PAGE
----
Why Lesvos Should Care About Dublin: The Refugee Crisis

Polis: Center for Politics
4 min readJul 8, 2024

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Sejal Mayer-Patel (PPS ‘24)

Sejal Mayer-Patel (PPS ‘24)
Sejal Mayer-Patel (PPS ‘24)

At first glance, Dublin and Lesvos do not have much in common. As the third-largest Greek Island, Lesvos is a mountainous island with a temperate Mediterranean climate. On the other hand, Dublin is a bustling hub in colder Ireland. However, a regulation signed in 1990 in Dublin directly affects the residents of Lesvos to this day.

The Dublin Regulation is an agreement between all members of the European Union (EU) that any refugee asylum seekers must be processed in the country that they enter first. The goal of the regulation is to ensure that asylum applications are processed and to prevent applicants from submitting multiple asylum applications or transferring from state-to-state. However, the result is an unequal burden on border countries. In 2014, 72% of asylum requests were processed by five EU countries. In 2015, Lesvos hosted more than 500,000 migrants and asylum seekers, 59% of all migrants and asylum seekers that transited through Greece that year. Although refugee migration peaked in 2015, Lesvos still hosts a disproportionate number of refugees. Currently, there are 19,100 asylum seekers on the islands Lesvos, Samos, and Chios. From 2014 to present-day, the consistent burden of refugees in Lesvos represents the inefficiencies of the Dublin Regulation.

In conjunction with the Dublin Regulation, an EU-Turkey deal has resulted in Lesvos becoming a ‘refugee prison’. In accordance with the Dublin Regulation, current asylum seekers are forced to stay in Lesvos until the asylum claim is decided, the timeline of which is unclear. In addition, the EU-Turkey deal places refugees arriving from Turkey under ‘geographical restriction’, meaning that refugees are not allowed to travel to mainland Greece until their cases are concluded. Turkey has also banned readmission to Turkey, resulting in the entrapment of thousands of refugees on Lesvos. These policies have been enacted without consulting Lesvos residents. The Lesvos protestor chant, “our islands are not concentration camps”, highlights the opposition to these policies and the resulting containment of asylum seekers.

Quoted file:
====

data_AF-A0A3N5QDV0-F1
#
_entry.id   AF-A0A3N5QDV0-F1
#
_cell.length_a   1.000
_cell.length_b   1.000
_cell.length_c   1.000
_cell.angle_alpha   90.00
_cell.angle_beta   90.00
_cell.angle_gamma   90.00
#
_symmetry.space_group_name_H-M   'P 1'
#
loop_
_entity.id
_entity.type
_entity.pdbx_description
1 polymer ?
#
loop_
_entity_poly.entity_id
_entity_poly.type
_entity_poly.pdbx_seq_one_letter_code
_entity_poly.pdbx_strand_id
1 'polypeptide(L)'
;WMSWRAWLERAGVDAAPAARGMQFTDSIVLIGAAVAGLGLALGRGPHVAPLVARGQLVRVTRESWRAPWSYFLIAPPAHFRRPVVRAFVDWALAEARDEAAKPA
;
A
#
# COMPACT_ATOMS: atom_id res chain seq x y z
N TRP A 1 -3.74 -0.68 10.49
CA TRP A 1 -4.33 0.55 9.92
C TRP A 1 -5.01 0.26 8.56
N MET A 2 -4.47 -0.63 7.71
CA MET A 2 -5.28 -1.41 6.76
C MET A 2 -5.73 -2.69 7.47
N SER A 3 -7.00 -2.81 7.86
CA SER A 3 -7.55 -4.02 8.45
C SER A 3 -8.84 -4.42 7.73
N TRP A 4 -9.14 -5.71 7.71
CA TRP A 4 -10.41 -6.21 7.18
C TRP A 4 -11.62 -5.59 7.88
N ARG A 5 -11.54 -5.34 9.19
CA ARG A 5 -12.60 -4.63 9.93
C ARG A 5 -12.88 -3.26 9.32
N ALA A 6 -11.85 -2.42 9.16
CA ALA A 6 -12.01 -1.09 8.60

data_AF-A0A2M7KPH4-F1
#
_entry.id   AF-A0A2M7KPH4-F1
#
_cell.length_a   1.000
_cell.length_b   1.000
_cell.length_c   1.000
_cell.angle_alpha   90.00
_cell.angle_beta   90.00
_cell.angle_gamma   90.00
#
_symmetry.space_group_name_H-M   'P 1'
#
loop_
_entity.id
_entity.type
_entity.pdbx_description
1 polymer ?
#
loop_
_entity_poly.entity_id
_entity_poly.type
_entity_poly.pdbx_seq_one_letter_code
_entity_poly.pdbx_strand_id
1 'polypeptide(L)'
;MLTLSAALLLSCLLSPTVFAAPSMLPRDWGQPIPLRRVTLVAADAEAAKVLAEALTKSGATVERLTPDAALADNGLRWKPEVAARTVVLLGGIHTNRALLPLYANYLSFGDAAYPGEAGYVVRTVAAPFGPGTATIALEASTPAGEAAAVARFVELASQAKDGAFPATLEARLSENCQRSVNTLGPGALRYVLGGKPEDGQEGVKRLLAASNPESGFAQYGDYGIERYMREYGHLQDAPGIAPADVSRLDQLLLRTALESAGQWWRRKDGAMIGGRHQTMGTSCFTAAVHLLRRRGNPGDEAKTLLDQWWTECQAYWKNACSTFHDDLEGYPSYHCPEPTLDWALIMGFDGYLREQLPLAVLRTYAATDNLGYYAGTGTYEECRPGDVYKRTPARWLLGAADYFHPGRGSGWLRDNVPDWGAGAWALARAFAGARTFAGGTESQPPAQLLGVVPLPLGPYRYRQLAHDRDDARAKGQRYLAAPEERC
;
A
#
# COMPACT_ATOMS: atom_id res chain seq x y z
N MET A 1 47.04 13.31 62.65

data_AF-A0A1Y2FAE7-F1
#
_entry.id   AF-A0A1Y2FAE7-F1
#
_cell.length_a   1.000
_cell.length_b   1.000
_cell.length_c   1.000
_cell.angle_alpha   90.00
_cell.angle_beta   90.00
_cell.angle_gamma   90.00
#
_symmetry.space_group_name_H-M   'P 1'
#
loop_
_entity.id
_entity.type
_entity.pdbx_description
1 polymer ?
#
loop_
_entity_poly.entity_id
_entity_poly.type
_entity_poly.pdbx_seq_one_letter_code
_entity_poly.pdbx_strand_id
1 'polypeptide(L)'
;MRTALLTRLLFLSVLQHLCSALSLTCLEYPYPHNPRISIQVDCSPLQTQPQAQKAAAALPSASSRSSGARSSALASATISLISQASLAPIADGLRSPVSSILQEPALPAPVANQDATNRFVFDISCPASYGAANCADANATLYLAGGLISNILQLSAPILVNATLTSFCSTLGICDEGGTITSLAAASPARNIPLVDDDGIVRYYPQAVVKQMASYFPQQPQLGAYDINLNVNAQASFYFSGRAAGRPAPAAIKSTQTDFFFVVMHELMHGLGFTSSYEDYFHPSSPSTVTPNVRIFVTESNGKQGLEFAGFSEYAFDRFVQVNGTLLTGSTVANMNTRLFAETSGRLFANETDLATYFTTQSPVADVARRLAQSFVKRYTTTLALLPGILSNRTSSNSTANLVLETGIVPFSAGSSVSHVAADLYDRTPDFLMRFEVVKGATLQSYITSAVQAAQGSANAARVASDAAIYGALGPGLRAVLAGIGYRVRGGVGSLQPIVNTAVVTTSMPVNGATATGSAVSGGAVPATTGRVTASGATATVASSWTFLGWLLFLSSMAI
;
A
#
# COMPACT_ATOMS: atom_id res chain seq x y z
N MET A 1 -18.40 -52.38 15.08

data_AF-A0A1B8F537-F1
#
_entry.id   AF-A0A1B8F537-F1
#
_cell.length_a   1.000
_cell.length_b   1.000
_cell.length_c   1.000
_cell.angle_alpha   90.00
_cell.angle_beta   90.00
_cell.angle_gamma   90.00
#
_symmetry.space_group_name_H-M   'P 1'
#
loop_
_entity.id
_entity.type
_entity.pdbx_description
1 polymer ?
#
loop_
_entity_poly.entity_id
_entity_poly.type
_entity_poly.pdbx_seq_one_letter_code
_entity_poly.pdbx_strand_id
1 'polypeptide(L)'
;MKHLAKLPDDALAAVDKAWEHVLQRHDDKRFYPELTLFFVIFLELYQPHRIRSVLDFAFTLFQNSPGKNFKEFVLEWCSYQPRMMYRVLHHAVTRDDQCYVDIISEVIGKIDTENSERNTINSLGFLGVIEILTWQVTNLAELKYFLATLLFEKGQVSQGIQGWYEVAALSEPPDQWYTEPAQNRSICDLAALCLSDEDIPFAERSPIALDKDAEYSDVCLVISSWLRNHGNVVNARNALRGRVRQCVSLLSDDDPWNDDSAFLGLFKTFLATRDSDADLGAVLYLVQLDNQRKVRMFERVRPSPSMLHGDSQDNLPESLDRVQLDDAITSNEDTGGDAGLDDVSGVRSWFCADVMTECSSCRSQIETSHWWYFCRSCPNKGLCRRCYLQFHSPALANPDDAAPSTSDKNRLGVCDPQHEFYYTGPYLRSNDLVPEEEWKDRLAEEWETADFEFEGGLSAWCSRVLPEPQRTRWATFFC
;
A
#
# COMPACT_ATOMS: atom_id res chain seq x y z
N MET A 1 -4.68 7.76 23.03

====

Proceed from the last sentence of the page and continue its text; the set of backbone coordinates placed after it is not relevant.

The refugee crisis has also prevented economic recovery on the island because economic opportunity is stunted by the EU refugee camps. After the Greek government-debt crisis began in 2010, the government reduced spending. Since over ¼ of workers in the North Aegean region, including Lesvos, are employed by the state, the reduced spending thrust the Lesvos economy into instability. In addition, Lesvos saw a 60–70% decrease in tourism after refugees began to flock to the island. The tourist revenue they do make is largely due to aid-workers staying on the island, but unlike typical tourists, the aid-workers are not adding to potential revenue from restaurants and island attractions. Accommodating for the refugee camps and aid workers has prevented Lesvos from gaining needed tourism revenue to balance the instability from the government-debt crisis. To rebuild their economy, Lesvos needs space and stability which requires an EU refugee policy change.

The EU has attempted to reform the Dublin Regulation in the past, but a redistribution clause is necessary to relieve Lesvos and its residents from the disproportionate burden of asylum applications. A redistribution clause would create an avenue for refugee asylum requests to be transferred to an EU country with less refugee migration. Although protests have occurred, Lesvos citizens and local officials need to put more pressure on the EU council to change the Dublin Regulation. A redistribution clause would drastically decrease the burden on not only Lesvos, but Greece as a whole. Less refugees on Lesvos would decrease the density within the refugee camps, reducing the needed aid-workers, and expanding the space for Lesvos to focus on their residents.

Unfortunately, applying direct pressure on the European Commission (EC), the officials that adopted the Dublin Regulation, is complicated. Closing Lesvos to refugees would hurt asylum-seeking refugees which is not ideal. Residents of Lesvos have requested more sustainable alternative camps until the permanent change can occur, but this is a temporary solution. Instead, Lesvos needs to refuse to work with upper-Greek authorities or the EC to expedite changes to the Dublin Regulation.

The EU relies on Lesvos to take in refugees that they have committed to helping but do not want to change their laws for. If Lesvos makes it clear that they will not participate with the EC until a redistribution clause is added to the Dublin Regulation, reform can happen.

Sejal Mayer-Patel (PPS ’24) is from Durham, North Carolina and is a Public Policy Undergraduate at Duke University’s Sanford School of Public Policy. This piece was submitted as an op-ed in the Spring ’23 PUBPOL 301 course. This content does not represent the official or unofficial views of the Sanford School, Polis, Duke University, or any entity or individual other than the author.

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